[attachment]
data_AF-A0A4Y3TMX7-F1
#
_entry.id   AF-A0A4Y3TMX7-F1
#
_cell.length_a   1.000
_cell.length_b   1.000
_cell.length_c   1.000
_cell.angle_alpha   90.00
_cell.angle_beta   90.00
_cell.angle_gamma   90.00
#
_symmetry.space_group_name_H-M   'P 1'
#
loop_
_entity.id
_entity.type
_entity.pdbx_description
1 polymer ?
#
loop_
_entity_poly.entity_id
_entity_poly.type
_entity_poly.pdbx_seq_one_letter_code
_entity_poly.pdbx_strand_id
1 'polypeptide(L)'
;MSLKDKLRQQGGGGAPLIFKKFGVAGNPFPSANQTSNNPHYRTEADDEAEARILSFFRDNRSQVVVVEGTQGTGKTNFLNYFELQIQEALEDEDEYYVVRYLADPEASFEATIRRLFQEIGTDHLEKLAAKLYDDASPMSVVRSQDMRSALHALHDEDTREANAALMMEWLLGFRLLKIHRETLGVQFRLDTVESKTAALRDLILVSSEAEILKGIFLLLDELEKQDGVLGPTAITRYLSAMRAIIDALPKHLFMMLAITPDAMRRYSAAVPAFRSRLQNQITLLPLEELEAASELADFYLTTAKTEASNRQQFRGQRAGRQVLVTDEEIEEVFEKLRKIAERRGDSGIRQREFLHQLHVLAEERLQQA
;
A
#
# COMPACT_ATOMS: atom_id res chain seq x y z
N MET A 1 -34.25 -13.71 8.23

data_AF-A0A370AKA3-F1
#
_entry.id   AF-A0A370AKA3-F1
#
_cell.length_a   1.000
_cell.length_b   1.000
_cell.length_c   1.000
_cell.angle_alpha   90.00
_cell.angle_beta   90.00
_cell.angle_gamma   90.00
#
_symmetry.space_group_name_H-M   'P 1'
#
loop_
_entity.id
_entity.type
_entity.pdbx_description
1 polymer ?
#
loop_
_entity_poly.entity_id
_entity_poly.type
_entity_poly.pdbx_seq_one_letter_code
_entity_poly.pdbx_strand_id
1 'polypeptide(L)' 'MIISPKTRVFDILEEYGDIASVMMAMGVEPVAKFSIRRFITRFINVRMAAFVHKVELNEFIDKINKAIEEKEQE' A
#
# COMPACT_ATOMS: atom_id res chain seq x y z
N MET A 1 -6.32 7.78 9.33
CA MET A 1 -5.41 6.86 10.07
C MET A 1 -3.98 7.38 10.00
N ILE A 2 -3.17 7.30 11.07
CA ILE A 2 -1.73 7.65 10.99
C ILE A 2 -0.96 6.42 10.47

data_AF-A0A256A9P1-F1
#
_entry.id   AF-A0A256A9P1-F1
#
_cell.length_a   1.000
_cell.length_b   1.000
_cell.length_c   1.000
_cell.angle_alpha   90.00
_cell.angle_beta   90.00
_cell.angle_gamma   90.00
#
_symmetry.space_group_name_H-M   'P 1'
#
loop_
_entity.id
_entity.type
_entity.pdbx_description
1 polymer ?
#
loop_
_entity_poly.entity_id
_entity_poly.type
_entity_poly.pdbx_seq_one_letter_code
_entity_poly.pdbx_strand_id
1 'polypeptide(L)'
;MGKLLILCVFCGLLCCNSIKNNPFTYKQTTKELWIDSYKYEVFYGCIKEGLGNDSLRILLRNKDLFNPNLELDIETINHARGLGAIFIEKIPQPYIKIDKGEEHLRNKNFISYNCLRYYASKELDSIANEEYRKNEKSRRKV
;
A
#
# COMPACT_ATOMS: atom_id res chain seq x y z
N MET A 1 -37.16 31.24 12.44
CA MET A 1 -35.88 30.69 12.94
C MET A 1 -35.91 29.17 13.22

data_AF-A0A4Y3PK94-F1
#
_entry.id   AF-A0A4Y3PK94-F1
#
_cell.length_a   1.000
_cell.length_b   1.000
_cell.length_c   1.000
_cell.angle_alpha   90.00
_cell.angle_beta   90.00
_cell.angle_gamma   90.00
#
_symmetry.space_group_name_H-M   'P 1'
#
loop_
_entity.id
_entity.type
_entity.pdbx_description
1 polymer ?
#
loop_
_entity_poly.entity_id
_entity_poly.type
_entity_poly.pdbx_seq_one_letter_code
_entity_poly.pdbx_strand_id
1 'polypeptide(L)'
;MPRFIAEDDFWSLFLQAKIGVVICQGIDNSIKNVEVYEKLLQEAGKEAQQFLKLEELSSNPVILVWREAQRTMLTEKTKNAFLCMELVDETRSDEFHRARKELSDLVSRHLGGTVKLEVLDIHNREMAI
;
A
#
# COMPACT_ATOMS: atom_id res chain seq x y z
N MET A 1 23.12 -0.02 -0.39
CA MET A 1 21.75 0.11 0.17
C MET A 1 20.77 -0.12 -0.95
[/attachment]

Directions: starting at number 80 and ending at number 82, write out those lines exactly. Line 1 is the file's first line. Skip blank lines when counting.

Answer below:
_entity.type
_entity.pdbx_description
1 polymer ?